Mine safety regulations: do they work?

The mainstream media attack on Charles Koch, David Koch, and Koch Industries has reached the state of West Virginia. This time a newspaper criticizes the Charles G. Koch Foundation for supporting a “conservative Morgantown think tank and several positions at the West Virginia University economics department.” A specific target of criticism is West Virginia University economics professor Russell S. Sobel and a collection of essays he edited.

Here’s what the Charleston Gazette printed in an article: “One essay questions the value of ‘mandated’ mine safety laws, stating government regulations may increase accident rates.”

Lobbing a brick like this doesn’t do much to increase understanding of important issues of public policy, including the safety of coal miners.

Who could be opposed to the safety of coal miners, after all? I think we can all agree that we’d like miners to work in safety. But do laws and government regulation make them safer? The natural reaction of most people is to assume that government regulation will increase safety. But that’s not always the case.

Here’s a recent example of regulatory failure: Recently research has been presented that shows that bans on texting while driving don’t work and may actually increase the number of crashes. The results of this research are contradictory to what almost everyone in Kansas — and other states — thought this year when the legislature passed, and the governor signed, the texting ban law. It was well-intentioned, but potentially harmful to the safety of drivers — the very people the law is designed to protect.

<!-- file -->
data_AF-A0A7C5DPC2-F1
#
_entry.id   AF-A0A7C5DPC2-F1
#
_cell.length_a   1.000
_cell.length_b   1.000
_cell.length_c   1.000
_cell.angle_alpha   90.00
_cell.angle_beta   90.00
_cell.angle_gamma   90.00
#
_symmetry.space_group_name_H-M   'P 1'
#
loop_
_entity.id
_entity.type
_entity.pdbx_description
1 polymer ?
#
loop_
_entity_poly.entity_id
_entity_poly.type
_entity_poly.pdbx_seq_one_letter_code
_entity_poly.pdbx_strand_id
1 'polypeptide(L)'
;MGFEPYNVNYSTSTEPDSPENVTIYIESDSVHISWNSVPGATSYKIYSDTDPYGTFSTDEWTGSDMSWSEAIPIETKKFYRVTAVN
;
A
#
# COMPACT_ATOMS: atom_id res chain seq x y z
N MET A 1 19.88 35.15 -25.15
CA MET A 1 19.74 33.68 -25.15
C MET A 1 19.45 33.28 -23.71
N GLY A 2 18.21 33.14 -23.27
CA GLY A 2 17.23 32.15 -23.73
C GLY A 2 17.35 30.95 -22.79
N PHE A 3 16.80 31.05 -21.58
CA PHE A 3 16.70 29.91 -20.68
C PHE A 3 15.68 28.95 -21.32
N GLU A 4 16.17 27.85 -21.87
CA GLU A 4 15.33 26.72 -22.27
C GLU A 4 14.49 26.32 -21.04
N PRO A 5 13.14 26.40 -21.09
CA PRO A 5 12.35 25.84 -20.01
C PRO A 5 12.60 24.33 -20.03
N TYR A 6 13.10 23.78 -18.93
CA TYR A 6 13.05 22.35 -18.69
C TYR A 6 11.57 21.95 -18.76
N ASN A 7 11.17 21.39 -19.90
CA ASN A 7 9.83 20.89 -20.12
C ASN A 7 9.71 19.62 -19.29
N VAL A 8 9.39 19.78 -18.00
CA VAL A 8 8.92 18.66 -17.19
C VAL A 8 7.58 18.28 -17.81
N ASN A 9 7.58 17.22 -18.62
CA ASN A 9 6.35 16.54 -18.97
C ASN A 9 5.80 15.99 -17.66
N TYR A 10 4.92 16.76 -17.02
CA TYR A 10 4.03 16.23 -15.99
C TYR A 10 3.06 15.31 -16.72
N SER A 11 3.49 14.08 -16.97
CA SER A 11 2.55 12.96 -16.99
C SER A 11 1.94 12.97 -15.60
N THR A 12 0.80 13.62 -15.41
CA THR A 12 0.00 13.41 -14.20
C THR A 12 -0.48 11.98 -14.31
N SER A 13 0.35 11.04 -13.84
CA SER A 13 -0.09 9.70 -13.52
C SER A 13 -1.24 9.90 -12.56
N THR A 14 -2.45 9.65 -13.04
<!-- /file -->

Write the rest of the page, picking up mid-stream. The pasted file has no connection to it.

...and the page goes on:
Having seen examples of regulatory failure like this, we should ask this question: Have mine safety laws — well intentioned as they are — increased the safety of miners?

Chapter 4 of the book in question (Unleashing Capitalism: Why Prosperity Stops at the West Virginia Border and How to Fix It) probably holds the material referred to by the Gazette. This chapter was not written by Sobel, but he is the book’s editor. Here’s two points from the book:

  • A focus by regulators on one type of accident led to an increase in other accidents. Overall deaths increased: “In 1910, the U.S. Bureau of Mines was created with a focus on mainly large-scale accidents, defined as gas and dust explosions and other accidents killing more than five men. State mining legislation was also mainly concerned with these types of accidents. This resulted in a decline in large-scale accidents, but an increase in small-scale accidents, which received less publicity but accounted for more deaths overall.”
  • Incentives matter: “With the passage of workers’ compensations laws, accidents actually increased. Under this new system, employers had an incentive to pay workers compensation instead of paying the extra costs of accident prevention.”

So there is good reason to be skeptical and critical of mine safety laws, even though this is contradictory to a superficial examination of the issue. Yet the mainstream media will automatically demonize those who question the validity of government regulation and those who are bold enough to support their work.

1 Comment

  • It is dangerous work. The people working there know that. Accidents are way down from the canary in the mine shaft days. Having more regulations would be like having OSHA in Iraq or Afghanistan for the troops LOL.

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